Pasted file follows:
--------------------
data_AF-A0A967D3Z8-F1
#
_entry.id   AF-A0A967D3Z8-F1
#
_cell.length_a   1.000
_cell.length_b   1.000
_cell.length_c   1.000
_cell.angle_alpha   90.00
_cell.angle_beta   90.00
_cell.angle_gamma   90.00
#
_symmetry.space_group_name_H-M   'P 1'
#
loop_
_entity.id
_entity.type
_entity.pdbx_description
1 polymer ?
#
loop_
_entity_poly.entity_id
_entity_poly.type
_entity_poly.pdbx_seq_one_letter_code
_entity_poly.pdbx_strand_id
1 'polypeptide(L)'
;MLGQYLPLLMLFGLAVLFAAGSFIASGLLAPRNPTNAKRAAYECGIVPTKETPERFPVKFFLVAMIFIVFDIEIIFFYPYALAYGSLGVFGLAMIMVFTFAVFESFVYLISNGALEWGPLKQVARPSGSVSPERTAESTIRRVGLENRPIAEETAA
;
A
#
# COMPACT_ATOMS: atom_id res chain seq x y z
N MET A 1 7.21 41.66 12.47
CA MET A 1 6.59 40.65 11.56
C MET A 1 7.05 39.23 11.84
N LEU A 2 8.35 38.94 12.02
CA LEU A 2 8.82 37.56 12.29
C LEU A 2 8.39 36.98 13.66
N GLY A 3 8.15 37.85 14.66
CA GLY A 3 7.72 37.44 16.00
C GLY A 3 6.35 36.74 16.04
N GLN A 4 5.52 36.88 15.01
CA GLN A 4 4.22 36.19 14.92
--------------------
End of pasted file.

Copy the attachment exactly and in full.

data_AF-A0A967D3Z8-F1
#
_entry.id   AF-A0A967D3Z8-F1
#
_cell.length_a   1.000
_cell.length_b   1.000
_cell.length_c   1.000
_cell.angle_alpha   90.00
_cell.angle_beta   90.00
_cell.angle_gamma   90.00
#
_symmetry.space_group_name_H-M   'P 1'
#
loop_
_entity.id
_entity.type
_entity.pdbx_description
1 polymer ?
#
loop_
_entity_poly.entity_id
_entity_poly.type
_entity_poly.pdbx_seq_one_letter_code
_entity_poly.pdbx_strand_id
1 'polypeptide(L)'
;MLGQYLPLLMLFGLAVLFAAGSFIASGLLAPRNPTNAKRAAYECGIVPTKETPERFPVKFFLVAMIFIVFDIEIIFFYPYALAYGSLGVFGLAMIMVFTFAVFESFVYLISNGALEWGPLKQVARPSGSVSPERTAESTIRRVGLENRPIAEETAA
;
A
#
# COMPACT_ATOMS: atom_id res chain seq x y z
N MET A 1 7.21 41.66 12.47
CA MET A 1 6.59 40.65 11.56
C MET A 1 7.05 39.23 11.84
N LEU A 2 8.35 38.94 12.02
CA LEU A 2 8.82 37.56 12.29
C LEU A 2 8.39 36.98 13.66
N GLY A 3 8.15 37.85 14.66
CA GLY A 3 7.72 37.44 16.00
C GLY A 3 6.35 36.74 16.04
N GLN A 4 5.52 36.88 15.01
CA GLN A 4 4.22 36.19 14.92